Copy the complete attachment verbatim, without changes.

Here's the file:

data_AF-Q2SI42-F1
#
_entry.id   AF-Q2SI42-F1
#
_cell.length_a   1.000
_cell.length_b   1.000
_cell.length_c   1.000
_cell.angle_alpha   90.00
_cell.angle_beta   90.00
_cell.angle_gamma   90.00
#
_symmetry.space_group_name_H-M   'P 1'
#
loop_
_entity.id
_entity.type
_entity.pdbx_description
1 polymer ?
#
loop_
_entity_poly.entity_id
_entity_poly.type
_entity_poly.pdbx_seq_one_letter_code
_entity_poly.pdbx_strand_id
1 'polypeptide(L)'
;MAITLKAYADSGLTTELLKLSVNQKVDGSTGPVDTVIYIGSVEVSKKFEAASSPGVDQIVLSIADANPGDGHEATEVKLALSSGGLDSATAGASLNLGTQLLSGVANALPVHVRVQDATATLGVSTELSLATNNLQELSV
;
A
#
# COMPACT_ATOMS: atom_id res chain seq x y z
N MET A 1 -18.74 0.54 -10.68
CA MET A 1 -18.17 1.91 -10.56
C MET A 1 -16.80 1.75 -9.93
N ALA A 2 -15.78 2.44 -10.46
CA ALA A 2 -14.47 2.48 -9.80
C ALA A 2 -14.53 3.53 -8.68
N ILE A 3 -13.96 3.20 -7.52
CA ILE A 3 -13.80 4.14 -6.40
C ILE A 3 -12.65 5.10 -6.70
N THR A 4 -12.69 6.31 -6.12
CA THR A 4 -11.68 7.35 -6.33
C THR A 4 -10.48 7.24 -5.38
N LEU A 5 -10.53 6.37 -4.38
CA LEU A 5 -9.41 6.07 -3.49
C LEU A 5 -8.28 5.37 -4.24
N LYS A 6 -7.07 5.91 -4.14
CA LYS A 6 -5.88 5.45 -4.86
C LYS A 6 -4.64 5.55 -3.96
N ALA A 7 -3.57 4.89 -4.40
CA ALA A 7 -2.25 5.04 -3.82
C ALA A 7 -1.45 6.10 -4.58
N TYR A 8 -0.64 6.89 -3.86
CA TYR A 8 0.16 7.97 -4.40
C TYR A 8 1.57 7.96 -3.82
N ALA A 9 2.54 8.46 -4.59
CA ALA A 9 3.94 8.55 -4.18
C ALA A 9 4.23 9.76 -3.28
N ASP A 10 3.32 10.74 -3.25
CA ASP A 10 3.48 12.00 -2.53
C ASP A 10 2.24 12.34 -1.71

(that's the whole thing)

data_AF-Q2SI42-F1
#
_entry.id   AF-Q2SI42-F1
#
_cell.length_a   1.000
_cell.length_b   1.000
_cell.length_c   1.000
_cell.angle_alpha   90.00
_cell.angle_beta   90.00
_cell.angle_gamma   90.00
#
_symmetry.space_group_name_H-M   'P 1'
#
loop_
_entity.id
_entity.type
_entity.pdbx_description
1 polymer ?
#
loop_
_entity_poly.entity_id
_entity_poly.type
_entity_poly.pdbx_seq_one_letter_code
_entity_poly.pdbx_strand_id
1 'polypeptide(L)'
;MAITLKAYADSGLTTELLKLSVNQKVDGSTGPVDTVIYIGSVEVSKKFEAASSPGVDQIVLSIADANPGDGHEATEVKLALSSGGLDSATAGASLNLGTQLLSGVANALPVHVRVQDATATLGVSTELSLATNNLQELSV
;
A
#
# COMPACT_ATOMS: atom_id res chain seq x y z
N MET A 1 -18.74 0.54 -10.68
CA MET A 1 -18.17 1.91 -10.56
C MET A 1 -16.80 1.75 -9.93
N ALA A 2 -15.78 2.44 -10.46
CA ALA A 2 -14.47 2.48 -9.80
C ALA A 2 -14.53 3.53 -8.68
N ILE A 3 -13.96 3.20 -7.52
CA ILE A 3 -13.80 4.14 -6.40
C ILE A 3 -12.65 5.10 -6.70
N THR A 4 -12.69 6.31 -6.12
CA THR A 4 -11.68 7.35 -6.33
C THR A 4 -10.48 7.24 -5.38
N LEU A 5 -10.53 6.37 -4.38
CA LEU A 5 -9.41 6.07 -3.49
C LEU A 5 -8.28 5.37 -4.24
N LYS A 6 -7.07 5.91 -4.14
CA LYS A 6 -5.88 5.45 -4.86
C LYS A 6 -4.64 5.55 -3.96
N ALA A 7 -3.57 4.89 -4.40
CA ALA A 7 -2.25 5.04 -3.82
C ALA A 7 -1.45 6.10 -4.58
N TYR A 8 -0.64 6.89 -3.86
CA TYR A 8 0.16 7.97 -4.40
C TYR A 8 1.57 7.96 -3.82
N ALA A 9 2.54 8.46 -4.59
CA ALA A 9 3.94 8.55 -4.18
C ALA A 9 4.23 9.76 -3.28
N ASP A 10 3.32 10.74 -3.25
CA ASP A 10 3.48 12.00 -2.53
C ASP A 10 2.24 12.34 -1.71